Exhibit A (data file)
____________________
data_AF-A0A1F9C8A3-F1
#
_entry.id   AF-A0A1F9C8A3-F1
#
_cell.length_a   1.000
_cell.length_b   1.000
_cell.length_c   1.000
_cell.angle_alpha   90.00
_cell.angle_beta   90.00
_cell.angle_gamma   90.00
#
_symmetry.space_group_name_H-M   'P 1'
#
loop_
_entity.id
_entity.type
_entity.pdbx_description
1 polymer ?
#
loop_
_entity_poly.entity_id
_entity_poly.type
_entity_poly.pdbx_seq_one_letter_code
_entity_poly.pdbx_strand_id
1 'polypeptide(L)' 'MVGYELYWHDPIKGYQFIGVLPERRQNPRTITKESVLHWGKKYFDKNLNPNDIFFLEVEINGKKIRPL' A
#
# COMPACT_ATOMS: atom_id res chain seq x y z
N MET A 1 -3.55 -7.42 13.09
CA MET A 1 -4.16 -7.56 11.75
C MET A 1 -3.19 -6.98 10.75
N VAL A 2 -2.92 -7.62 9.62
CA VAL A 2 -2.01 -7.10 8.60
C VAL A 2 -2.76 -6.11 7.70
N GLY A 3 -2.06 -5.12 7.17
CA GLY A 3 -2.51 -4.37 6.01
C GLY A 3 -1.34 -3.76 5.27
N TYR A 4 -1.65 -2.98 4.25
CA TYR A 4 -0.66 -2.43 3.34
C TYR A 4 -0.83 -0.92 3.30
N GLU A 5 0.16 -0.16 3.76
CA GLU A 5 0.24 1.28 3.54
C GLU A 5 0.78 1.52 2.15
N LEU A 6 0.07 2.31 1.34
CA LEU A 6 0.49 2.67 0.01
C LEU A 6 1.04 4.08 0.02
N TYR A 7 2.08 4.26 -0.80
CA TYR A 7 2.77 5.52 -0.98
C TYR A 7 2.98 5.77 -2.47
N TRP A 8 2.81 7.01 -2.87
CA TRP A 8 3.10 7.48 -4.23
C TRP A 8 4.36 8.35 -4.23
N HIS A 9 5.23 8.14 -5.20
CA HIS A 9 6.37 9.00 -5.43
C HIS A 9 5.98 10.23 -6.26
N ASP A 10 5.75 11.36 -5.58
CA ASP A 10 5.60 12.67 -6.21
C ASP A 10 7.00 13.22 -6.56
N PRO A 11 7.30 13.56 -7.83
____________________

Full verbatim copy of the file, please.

data_AF-A0A1F9C8A3-F1
#
_entry.id   AF-A0A1F9C8A3-F1
#
_cell.length_a   1.000
_cell.length_b   1.000
_cell.length_c   1.000
_cell.angle_alpha   90.00
_cell.angle_beta   90.00
_cell.angle_gamma   90.00
#
_symmetry.space_group_name_H-M   'P 1'
#
loop_
_entity.id
_entity.type
_entity.pdbx_description
1 polymer ?
#
loop_
_entity_poly.entity_id
_entity_poly.type
_entity_poly.pdbx_seq_one_letter_code
_entity_poly.pdbx_strand_id
1 'polypeptide(L)' 'MVGYELYWHDPIKGYQFIGVLPERRQNPRTITKESVLHWGKKYFDKNLNPNDIFFLEVEINGKKIRPL' A
#
# COMPACT_ATOMS: atom_id res chain seq x y z
N MET A 1 -3.55 -7.42 13.09
CA MET A 1 -4.16 -7.56 11.75
C MET A 1 -3.19 -6.98 10.75
N VAL A 2 -2.92 -7.62 9.62
CA VAL A 2 -2.01 -7.10 8.60
C VAL A 2 -2.76 -6.11 7.70
N GLY A 3 -2.06 -5.12 7.17
CA GLY A 3 -2.51 -4.37 6.01
C GLY A 3 -1.34 -3.76 5.27
N TYR A 4 -1.65 -2.98 4.25
CA TYR A 4 -0.66 -2.43 3.34
C TYR A 4 -0.83 -0.92 3.30
N GLU A 5 0.16 -0.16 3.76
CA GLU A 5 0.24 1.28 3.54
C GLU A 5 0.78 1.52 2.15
N LEU A 6 0.07 2.31 1.34
CA LEU A 6 0.49 2.67 0.01
C LEU A 6 1.04 4.08 0.02
N TYR A 7 2.08 4.26 -0.80
CA TYR A 7 2.77 5.52 -0.98
C TYR A 7 2.98 5.77 -2.47
N TRP A 8 2.81 7.01 -2.87
CA TRP A 8 3.10 7.48 -4.23
C TRP A 8 4.36 8.35 -4.23
N HIS A 9 5.23 8.14 -5.20
CA HIS A 9 6.37 9.00 -5.43
C HIS A 9 5.98 10.23 -6.26
N ASP A 10 5.75 11.36 -5.58
CA ASP A 10 5.60 12.67 -6.21
C ASP A 10 7.00 13.22 -6.56
N PRO A 11 7.30 13.56 -7.83